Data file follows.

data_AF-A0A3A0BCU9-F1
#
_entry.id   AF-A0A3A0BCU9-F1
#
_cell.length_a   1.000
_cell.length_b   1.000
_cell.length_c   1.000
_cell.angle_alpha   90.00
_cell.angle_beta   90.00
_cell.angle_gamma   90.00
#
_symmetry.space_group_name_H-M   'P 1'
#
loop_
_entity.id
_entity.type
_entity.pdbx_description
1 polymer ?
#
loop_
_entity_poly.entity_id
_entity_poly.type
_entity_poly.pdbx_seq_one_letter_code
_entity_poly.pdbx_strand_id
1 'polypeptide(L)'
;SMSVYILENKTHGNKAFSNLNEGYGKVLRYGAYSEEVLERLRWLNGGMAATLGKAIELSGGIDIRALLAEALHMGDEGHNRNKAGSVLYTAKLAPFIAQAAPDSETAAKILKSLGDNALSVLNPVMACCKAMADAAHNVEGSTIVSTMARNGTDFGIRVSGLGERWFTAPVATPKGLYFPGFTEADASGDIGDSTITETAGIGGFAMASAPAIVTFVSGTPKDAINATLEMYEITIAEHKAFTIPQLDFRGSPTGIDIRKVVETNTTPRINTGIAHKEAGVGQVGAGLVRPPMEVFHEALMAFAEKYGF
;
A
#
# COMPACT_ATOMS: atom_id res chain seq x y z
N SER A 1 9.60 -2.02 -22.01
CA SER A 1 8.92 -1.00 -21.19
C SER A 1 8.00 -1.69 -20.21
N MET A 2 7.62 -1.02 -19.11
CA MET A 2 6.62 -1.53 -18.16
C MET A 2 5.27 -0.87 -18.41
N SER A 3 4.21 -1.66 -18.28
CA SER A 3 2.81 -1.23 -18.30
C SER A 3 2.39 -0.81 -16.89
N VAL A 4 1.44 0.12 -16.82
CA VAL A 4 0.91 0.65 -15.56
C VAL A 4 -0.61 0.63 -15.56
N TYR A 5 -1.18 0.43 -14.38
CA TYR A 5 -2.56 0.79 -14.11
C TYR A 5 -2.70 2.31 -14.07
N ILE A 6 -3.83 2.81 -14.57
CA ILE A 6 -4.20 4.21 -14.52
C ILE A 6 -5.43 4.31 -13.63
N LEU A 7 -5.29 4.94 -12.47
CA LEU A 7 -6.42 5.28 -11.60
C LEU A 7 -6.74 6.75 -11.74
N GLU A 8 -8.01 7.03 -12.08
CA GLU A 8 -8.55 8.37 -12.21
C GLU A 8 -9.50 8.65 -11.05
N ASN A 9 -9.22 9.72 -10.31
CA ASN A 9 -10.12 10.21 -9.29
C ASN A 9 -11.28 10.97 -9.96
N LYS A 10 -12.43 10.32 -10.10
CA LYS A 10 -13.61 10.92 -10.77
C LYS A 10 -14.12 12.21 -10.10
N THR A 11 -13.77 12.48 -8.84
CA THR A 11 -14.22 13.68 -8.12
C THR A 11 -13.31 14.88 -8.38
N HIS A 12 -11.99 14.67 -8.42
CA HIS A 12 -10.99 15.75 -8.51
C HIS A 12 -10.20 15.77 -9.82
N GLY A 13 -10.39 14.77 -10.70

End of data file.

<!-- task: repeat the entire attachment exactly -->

data_AF-A0A3A0BCU9-F1
#
_entry.id   AF-A0A3A0BCU9-F1
#
_cell.length_a   1.000
_cell.length_b   1.000
_cell.length_c   1.000
_cell.angle_alpha   90.00
_cell.angle_beta   90.00
_cell.angle_gamma   90.00
#
_symmetry.space_group_name_H-M   'P 1'
#
loop_
_entity.id
_entity.type
_entity.pdbx_description
1 polymer ?
#
loop_
_entity_poly.entity_id
_entity_poly.type
_entity_poly.pdbx_seq_one_letter_code
_entity_poly.pdbx_strand_id
1 'polypeptide(L)'
;SMSVYILENKTHGNKAFSNLNEGYGKVLRYGAYSEEVLERLRWLNGGMAATLGKAIELSGGIDIRALLAEALHMGDEGHNRNKAGSVLYTAKLAPFIAQAAPDSETAAKILKSLGDNALSVLNPVMACCKAMADAAHNVEGSTIVSTMARNGTDFGIRVSGLGERWFTAPVATPKGLYFPGFTEADASGDIGDSTITETAGIGGFAMASAPAIVTFVSGTPKDAINATLEMYEITIAEHKAFTIPQLDFRGSPTGIDIRKVVETNTTPRINTGIAHKEAGVGQVGAGLVRPPMEVFHEALMAFAEKYGF
;
A
#
# COMPACT_ATOMS: atom_id res chain seq x y z
N SER A 1 9.60 -2.02 -22.01
CA SER A 1 8.92 -1.00 -21.19
C SER A 1 8.00 -1.69 -20.21
N MET A 2 7.62 -1.02 -19.11
CA MET A 2 6.62 -1.53 -18.16
C MET A 2 5.27 -0.87 -18.41
N SER A 3 4.21 -1.66 -18.28
CA SER A 3 2.81 -1.23 -18.30
C SER A 3 2.39 -0.81 -16.89
N VAL A 4 1.44 0.12 -16.82
CA VAL A 4 0.91 0.65 -15.56
C VAL A 4 -0.61 0.63 -15.56
N TYR A 5 -1.18 0.43 -14.38
CA TYR A 5 -2.56 0.79 -14.11
C TYR A 5 -2.70 2.31 -14.07
N ILE A 6 -3.83 2.81 -14.57
CA ILE A 6 -4.20 4.21 -14.52
C ILE A 6 -5.43 4.31 -13.63
N LEU A 7 -5.29 4.94 -12.47
CA LEU A 7 -6.42 5.28 -11.60
C LEU A 7 -6.74 6.75 -11.74
N GLU A 8 -8.01 7.03 -12.08
CA GLU A 8 -8.55 8.37 -12.21
C GLU A 8 -9.50 8.65 -11.05
N ASN A 9 -9.22 9.72 -10.31
CA ASN A 9 -10.12 10.21 -9.29
C ASN A 9 -11.28 10.97 -9.96
N LYS A 10 -12.43 10.32 -10.10
CA LYS A 10 -13.61 10.92 -10.77
C LYS A 10 -14.12 12.21 -10.10
N THR A 11 -13.77 12.48 -8.84
CA THR A 11 -14.22 13.68 -8.12
C THR A 11 -13.31 14.88 -8.38
N HIS A 12 -11.99 14.67 -8.42
CA HIS A 12 -10.99 15.75 -8.51
C HIS A 12 -10.20 15.77 -9.82
N GLY A 13 -10.39 14.77 -10.70